PARIS (JTA) — An international symposium in Paris looked at ways to improve often sluggish international cooperation on genocide prevention.
Senior international human rights officials gathered Monday and Tuesday at the French Memorial de la Shoah in an event that was convened also with the U.S. Holocaust Memorial Museum.
Samantha Power, senior director for Multilateral Affairs and Human Rights at the U.S. National Security Council, said she and other U.S. officials traveled to Paris to help streamline proactive, multilateral responses to the threat of genocide.
“If everyone is responsible, then no one is responsible,” she said Monday, the main day of the conference. Tuesday featured smaller group discussions.
She said the symposium was especially important because “it is not simply about studying the past.”
American officials said they hoped to urge European leaders to create “structural focal points,” or “hot-lines,” within their governments and lead institutions that would be devoted to preventing atrocities. The Obama administration has created a government position working exclusively on stopping genocide. One official noted in an off-the-record comment that there was no similar European counterpart.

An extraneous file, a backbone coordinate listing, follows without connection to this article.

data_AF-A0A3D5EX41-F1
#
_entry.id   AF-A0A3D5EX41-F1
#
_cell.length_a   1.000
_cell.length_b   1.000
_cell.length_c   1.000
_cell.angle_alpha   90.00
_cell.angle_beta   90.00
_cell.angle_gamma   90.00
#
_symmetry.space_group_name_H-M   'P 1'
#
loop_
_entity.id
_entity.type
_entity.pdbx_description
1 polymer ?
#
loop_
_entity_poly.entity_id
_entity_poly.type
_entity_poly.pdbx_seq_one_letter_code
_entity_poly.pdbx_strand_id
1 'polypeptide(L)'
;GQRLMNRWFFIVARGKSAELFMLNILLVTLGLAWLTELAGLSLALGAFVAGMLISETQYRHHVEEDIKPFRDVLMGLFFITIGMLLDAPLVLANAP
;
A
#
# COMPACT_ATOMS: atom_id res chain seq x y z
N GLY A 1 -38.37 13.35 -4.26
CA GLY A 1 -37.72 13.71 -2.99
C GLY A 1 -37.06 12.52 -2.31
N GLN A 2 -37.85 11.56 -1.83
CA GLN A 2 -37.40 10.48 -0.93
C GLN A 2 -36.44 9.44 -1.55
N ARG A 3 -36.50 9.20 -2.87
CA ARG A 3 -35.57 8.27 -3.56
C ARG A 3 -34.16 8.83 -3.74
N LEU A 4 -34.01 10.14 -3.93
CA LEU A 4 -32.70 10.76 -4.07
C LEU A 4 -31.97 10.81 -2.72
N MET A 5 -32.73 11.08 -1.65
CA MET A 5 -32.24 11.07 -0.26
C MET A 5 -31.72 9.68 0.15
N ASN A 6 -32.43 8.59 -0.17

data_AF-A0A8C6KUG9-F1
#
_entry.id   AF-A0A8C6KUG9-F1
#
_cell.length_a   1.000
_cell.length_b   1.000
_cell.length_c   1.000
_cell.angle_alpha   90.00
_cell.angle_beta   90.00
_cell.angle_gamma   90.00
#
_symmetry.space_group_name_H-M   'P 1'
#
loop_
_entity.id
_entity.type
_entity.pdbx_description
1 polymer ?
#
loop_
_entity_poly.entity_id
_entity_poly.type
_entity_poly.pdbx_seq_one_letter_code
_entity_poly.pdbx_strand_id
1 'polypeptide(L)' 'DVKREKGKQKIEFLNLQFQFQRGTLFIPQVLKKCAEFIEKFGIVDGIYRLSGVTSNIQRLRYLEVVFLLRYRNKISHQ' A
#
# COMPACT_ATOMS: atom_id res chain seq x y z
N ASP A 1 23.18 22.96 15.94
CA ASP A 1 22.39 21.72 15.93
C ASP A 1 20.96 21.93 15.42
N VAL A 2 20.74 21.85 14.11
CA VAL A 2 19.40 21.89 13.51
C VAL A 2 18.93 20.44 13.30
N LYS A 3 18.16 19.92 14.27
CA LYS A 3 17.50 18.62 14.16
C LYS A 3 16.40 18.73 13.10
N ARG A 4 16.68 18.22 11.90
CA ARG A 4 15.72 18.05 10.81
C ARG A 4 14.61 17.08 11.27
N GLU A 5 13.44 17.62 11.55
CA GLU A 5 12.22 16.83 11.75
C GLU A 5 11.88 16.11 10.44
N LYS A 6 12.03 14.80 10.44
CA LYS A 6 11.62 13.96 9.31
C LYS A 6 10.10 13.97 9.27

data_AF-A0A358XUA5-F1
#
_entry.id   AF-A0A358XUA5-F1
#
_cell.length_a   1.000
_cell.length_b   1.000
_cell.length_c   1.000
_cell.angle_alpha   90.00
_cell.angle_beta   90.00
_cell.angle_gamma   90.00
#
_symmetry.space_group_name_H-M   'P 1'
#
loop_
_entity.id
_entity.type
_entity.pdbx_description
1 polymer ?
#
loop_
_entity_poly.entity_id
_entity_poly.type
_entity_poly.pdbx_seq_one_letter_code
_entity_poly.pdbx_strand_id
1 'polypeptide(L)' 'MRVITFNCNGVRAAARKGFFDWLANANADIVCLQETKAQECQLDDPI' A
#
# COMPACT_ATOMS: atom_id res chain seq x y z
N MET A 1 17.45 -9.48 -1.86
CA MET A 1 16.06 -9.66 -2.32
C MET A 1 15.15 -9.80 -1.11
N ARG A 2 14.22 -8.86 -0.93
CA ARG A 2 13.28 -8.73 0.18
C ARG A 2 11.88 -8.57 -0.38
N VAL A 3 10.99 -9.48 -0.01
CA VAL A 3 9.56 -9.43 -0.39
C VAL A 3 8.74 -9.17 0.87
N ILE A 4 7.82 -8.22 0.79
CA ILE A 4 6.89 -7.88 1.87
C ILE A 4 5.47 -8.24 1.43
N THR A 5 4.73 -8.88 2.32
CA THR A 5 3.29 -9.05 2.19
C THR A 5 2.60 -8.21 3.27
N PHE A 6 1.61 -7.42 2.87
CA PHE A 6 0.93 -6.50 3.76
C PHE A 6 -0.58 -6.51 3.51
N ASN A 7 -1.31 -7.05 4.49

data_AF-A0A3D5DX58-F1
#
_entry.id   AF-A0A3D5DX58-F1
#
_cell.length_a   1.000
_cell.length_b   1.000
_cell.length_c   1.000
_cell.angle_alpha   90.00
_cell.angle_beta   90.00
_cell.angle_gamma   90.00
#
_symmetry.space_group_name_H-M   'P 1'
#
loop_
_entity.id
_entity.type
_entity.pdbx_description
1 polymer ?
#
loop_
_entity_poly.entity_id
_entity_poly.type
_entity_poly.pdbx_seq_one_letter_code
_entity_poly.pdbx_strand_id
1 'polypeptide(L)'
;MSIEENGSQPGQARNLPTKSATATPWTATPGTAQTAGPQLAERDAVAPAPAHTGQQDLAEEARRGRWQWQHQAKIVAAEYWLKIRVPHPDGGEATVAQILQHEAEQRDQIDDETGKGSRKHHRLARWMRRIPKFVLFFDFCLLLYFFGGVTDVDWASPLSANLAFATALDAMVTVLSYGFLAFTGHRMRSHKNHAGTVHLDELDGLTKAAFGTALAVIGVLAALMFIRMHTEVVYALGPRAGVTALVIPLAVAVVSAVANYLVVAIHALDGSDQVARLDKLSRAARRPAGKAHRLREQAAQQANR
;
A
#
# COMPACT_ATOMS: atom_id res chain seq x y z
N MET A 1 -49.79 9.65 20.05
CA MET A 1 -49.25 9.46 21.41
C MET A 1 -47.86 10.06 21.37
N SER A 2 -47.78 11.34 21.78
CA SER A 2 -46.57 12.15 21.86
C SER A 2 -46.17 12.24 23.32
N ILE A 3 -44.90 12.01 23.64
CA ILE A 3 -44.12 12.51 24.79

Conference participant Markus Loning, Germany’s commissioner for human rights policy and humanitarian aid, said he was going back home to “feed new ideas from this conference” to his colleagues.
“We need to restructure some of our slower bureaucratic mechanisms to have something like a focal point, where we can deal with preventing genocide,” he said, adding that “This was a great initiative by the two Holocaust museums.”
The Paris-based Holocaust museum has focused traditionally on historical fact-building and preserving memory, said its director, Jacques Fredj. But with the symposium, co-created with the U.S. Holocaust Memorial Museum, which has a longer tradition of working to prevent genocide, the French museum has embarked on new territory.
“This is the first time that we address this subject,” Fredj said. “For years we thought that ‘Never again’ would suffice on an educational level … but the reality is that it doesn’t.”